Downtown Los Angeles, California
GOOD SAMARITAN HOSPITAL
Los Angeles, CA
Update on Diagnosis and Therapy
April 13, 2019
IMPORTANT CME CREDIT NOTICE
CME Certificates will be issued digitally after Speaker and Symposium Surveys are completed. Surveys are accessible after signing in with the email address you submitted during registration. Sign-in will be available 2 days prior to the conference and will also give you access to speaker slides and symposium syllabus.
May 6, 2019 is the deadline for completion of the CME Surveys.
This Live activity, 23rd Annual Heart Failure 2019: An Update on Therapy , with a beginning date of 04/13/2019, has been reviewed and is acceptable for up to 6.5 Prescribed credit(s) by the American Academy of Family Physicians. Physicians should claim only the credit commensurate with the extent of their participation in the activity.
AAFP Prescribed credit is accepted by the American Medical Association as equivalent to AMA PRA Category 1 Credit™ toward the AMA Physician's Recognition Award.
AANP: The American Academy of Nurse Practitioners accepts AAFP Prescribed credit. This program was planned in accordance with AANP CE Standards and Policies and AANP Commercial Support Standards.
ANCC: According to the ANCC, the continuing education hours approved by the AAFP meet the ANCC-accredited CNE criteria.
AAPA: The American Academy of Physician Assistants accepts AAFP Prescribed credit for AAPA Category 1 CME credit.
This year’s program provides a comprehensive update on the prevention, diagnosis and management of heart failure (HF). The program includes lectures presented by experts combined with interactive discussion with faculty. The extensive list of topics has been selected to provide a high level, contemporary and clinically relevant update with a goal of improving the care of patients with heart failure.
At the conclusion of this activity, the participants should be able to:
- Implement effective therapy for lipid disorders
- Manage diabetes in patients with HF
- Use new FDA approved drugs for the treatment of chronic HF
- Identify new therapeutic approaches for patients with chronic HF including iron replacement
- Apply effective management of the hospitalized patients with HF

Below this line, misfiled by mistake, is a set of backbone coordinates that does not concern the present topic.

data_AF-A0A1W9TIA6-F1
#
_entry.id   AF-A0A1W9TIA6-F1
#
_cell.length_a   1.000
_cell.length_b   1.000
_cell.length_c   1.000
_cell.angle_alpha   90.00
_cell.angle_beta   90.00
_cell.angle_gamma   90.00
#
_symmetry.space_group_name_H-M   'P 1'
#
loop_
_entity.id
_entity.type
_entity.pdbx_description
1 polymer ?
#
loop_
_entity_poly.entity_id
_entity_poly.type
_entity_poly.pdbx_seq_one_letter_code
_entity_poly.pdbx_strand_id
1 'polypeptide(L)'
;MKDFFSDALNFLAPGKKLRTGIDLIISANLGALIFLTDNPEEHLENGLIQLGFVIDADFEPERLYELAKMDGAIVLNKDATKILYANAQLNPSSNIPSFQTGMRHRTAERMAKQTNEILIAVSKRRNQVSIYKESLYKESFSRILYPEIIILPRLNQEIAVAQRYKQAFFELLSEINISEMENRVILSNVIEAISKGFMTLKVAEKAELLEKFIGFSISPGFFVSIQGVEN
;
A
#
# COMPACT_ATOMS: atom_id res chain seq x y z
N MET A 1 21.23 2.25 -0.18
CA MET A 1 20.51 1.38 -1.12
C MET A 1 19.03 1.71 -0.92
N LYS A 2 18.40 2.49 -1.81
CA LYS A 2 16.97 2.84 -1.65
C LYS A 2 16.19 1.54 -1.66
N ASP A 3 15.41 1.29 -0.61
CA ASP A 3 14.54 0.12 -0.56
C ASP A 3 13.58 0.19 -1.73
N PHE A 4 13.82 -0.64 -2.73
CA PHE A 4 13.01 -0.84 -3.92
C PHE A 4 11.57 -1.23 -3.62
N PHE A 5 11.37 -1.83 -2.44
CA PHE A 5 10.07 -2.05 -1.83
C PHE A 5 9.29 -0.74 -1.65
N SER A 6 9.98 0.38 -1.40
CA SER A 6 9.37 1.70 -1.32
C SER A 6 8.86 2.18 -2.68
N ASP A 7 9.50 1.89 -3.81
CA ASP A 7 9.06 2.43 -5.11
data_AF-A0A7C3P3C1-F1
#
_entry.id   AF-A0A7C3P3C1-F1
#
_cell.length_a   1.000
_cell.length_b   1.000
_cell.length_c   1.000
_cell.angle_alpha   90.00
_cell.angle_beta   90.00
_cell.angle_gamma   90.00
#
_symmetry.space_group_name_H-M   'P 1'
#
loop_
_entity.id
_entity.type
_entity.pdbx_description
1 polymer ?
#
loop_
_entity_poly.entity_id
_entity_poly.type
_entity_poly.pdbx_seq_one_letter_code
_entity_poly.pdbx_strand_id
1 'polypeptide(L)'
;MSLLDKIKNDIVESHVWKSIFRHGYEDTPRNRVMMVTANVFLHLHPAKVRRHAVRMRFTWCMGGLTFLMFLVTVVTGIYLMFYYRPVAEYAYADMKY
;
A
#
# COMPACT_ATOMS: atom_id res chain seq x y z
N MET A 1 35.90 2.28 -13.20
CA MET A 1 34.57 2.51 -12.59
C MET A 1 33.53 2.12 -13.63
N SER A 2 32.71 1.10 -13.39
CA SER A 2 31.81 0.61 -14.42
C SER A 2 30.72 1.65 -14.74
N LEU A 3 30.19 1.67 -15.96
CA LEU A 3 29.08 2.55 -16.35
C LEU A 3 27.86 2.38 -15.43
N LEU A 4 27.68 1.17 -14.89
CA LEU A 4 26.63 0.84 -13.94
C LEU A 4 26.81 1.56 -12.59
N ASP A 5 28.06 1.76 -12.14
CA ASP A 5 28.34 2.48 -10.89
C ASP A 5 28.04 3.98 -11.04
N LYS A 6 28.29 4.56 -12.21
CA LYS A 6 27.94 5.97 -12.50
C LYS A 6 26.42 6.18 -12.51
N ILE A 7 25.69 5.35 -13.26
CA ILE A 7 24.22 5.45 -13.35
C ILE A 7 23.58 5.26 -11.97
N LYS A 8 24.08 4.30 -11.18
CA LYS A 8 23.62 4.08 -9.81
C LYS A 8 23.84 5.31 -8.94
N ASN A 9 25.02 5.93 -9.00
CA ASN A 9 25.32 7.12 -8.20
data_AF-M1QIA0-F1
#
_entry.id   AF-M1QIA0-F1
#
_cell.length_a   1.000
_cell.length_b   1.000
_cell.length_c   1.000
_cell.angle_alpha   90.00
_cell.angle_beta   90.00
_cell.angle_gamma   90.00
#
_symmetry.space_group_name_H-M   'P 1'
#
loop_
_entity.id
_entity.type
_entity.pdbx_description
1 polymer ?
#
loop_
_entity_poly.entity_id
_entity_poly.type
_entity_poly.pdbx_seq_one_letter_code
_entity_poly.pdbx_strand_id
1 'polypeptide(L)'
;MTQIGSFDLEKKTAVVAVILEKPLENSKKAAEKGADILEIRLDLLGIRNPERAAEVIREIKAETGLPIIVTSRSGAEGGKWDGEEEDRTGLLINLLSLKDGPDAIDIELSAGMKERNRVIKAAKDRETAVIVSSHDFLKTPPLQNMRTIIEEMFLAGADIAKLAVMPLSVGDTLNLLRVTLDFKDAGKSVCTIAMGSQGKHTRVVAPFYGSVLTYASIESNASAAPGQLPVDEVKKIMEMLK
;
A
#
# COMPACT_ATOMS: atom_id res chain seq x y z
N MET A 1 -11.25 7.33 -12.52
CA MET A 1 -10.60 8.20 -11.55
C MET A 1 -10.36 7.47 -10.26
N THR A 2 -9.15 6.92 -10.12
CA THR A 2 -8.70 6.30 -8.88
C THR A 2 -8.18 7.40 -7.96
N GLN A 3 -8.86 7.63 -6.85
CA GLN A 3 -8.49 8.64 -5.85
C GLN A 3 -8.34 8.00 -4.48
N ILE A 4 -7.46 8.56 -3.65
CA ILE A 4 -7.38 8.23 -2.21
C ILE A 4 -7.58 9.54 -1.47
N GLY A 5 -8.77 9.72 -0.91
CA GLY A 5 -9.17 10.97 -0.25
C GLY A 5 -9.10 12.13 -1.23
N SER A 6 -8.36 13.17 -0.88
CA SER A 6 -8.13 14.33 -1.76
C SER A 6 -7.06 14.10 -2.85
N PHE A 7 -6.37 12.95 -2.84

- Understand the clinical implications and management strategies of worsening kidney function during treatment of HF
- Assess and follow patients with HF using devices for remote hemodynamic monitoring
- Manage patients with pulmonary arterial hypertension
- Understand new information on atrial fibrillation ablation in patients with HF
- Utilize new biomarkers for the diagnosis and management of patients with HF
- Understand mechanisms, diagnosis and management of postural tachycardia syndrome
- Use new therapies for the prevention and treatment of hyponatremia and hyperkalemia
- Review results of recent trials and define indications for percutaneous mitral valve repair in patients with HF
- Understand the mechanisms and hemodynamic effects of bed side circulatory assist devices for the management of severe HF and cardiogenic stroke
- Identify the new permanent left ventricular assist devices as a bridge to transplantation or as destination therapy
- Provide an update on the management of peripartum cardiomyopathy
- Develop a stepwise approach to early diagnosis and treatment of cardiac amyloidosis
- Integrate guidelines for the use of palliative care for HF patients
Heart failure (HF) is common, but often unrecognized and misdiagnosed. It affects over 6 million Americans and is one of few cardiovascular disorders on the rise. An estimated 670,000 new cases are diagnosed each year and this condition is a major cause of morbidity and mortality and is the leading cause of hospitalizations of the elderly in the U.S. The importance of prevention through early identification and better treatment of risk factors such as hypertension, diabetes mellitus, obesity and lipid disorders and of education of both patients and physicians has been emphasized (Circulation 2013;128:e240).